Justice & Security Strategies, Inc. (JSS) is pleased to announce the availability of a new publication – Body-Worn Camera Policies and Procedures: Guidelines for Prosecutors
Resources About Legal Issues, Legislation, & Court Cases
Prosecutor Review of BWC’s for Evidentiary Consideration and Ways that Prosecutors Manage Digital Evidence
The webinar included presentations and guidance from three Prosecuting Attorney Offices (Mahaska County, IA; Shelby County, TN; Orange County, CA) on how BWC footage can be used as evidence across the workflows for which prosecutors are responsible, including charging decisions, support for grand jury and preliminary hearings, and eventual use in trial. We also heard how they manage all digital evidence received from their law enforcement partners, followed by Q&A moderated by retired DA Damon Mosler.
Watch the recording here.
The Body-Worn Camera (BWC) Training and Technical Assistance (TTA) Program offers several means of supporting the Bureau of Justice Assistance’s (BJA) BWC Policy and Implementation Program (BWCPIP) grantees to achieve their BWC program goals and desired outcomes. TTA is also available to agencies that are not BWCPIP grantee when the topic is relevant and resources are available to address those agencies’ needs.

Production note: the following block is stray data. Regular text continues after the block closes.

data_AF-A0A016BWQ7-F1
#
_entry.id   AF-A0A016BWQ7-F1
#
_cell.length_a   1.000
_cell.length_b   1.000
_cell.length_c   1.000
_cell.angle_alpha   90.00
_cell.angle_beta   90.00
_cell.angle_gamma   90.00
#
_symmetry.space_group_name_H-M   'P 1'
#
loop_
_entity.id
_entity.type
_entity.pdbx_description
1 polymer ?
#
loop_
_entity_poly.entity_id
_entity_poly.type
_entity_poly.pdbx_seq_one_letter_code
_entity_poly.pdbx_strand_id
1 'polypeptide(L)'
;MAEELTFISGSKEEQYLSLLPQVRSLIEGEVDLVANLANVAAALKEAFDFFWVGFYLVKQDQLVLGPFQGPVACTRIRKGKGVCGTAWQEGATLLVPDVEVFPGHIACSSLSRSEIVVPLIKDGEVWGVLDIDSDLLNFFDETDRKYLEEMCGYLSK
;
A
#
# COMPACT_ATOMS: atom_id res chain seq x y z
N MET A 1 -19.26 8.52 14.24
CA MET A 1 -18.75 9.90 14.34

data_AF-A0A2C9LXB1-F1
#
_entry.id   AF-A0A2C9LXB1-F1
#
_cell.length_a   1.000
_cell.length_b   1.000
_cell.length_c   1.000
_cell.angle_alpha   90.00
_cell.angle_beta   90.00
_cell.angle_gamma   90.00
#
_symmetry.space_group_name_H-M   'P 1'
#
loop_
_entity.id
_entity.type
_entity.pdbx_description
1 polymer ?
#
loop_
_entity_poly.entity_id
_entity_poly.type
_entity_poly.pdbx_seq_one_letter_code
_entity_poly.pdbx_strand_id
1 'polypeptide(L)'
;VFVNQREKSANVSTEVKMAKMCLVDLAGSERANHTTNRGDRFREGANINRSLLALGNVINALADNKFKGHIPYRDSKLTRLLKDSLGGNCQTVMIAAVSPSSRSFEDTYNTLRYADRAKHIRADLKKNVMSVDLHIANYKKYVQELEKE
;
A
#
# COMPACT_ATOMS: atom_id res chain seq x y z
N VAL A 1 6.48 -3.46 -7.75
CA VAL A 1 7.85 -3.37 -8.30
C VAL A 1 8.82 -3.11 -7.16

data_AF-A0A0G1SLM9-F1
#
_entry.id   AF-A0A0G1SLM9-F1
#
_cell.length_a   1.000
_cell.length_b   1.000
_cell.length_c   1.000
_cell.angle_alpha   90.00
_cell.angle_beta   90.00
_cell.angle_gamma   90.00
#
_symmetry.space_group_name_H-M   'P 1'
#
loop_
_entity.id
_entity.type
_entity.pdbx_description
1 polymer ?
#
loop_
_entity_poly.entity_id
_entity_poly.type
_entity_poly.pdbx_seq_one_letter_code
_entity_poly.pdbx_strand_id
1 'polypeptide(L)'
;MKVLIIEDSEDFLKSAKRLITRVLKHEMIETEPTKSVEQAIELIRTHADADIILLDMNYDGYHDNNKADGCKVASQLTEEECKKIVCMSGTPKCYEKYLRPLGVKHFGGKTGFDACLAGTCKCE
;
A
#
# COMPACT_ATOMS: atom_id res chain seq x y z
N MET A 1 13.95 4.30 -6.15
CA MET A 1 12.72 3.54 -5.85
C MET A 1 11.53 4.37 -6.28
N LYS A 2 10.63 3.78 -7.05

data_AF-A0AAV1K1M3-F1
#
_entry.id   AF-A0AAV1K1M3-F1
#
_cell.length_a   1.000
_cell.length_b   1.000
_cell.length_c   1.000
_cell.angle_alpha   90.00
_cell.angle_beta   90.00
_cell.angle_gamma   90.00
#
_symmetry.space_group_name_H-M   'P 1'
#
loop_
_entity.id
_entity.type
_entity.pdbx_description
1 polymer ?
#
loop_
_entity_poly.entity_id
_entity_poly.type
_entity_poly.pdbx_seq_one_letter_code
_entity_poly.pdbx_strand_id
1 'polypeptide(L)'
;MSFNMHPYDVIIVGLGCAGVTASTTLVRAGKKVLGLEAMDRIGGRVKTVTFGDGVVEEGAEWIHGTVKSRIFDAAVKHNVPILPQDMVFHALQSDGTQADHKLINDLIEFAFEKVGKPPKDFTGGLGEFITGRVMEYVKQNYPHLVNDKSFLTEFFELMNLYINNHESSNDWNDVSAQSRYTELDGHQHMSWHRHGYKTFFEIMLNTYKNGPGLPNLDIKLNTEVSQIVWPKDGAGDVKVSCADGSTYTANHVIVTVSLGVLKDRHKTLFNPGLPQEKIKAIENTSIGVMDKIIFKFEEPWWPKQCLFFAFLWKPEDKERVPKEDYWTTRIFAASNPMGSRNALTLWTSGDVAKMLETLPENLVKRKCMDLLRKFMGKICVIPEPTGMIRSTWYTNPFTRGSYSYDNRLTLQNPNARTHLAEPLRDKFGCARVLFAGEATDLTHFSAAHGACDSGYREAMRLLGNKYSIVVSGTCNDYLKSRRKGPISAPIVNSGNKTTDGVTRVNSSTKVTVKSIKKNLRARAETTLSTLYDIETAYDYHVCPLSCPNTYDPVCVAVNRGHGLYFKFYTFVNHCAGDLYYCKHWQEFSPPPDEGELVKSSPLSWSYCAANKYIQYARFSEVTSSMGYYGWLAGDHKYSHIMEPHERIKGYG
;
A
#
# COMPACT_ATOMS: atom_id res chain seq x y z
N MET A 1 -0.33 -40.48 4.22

Access this resource here.
Webinar: Lessons Learned from Critical Incident Investigations
The webinar explored the overall management of critical incidents and the role that BWCs have within that incident management. The main purpose of the webinar was to provide guidance on the essential aspects of managing a critical incident and share insight on how agencies work with each other throughout the aftermath of a critical incident.
At this point in our experience with body-worn camera (BWC) implementation, agencies are realizing the potential of utilizing BWC footage beyond evidentiary purposes.
The US Department of Justice (DOJ) Office of Justice Programs (OJP) Bureau of Justice Assistance (BJA) launched the Body-Worn Camera (BWC) Policy and Implementation Program (PIP) in FY 2015 to assist law enforcement agencies in enhancing or implementing BWC programs. PIP’s primary goals are to improve public safety, reduce crime, and improve trust between police and the citizens they serve.
Two challenging aspects of implementing or expanding a body-worn camera (BWC) program are ensuring projecting staffing is sufficient to support the program as well as anticipating the impacts on existing staff. Several variables make staffing challenging—some of which an agency can control while others are imposed. Ideally, agencies could simply use a staffing formula based on deployed BWC units, but the complexity of BWC issues makes that impractical.
Many people know Wichita, Kansas, as the “air capital of the world,” or as the birthplace of both White Castle and Pizza Hut. Wyatt Earp also worked as a Wichita police officer long before the famed 1881 shootout at the O.K. Corral in Tombstone, Arizona. More recently, we recognize Wichita as an early adopter and innovator of police body-worn cameras (BWCs).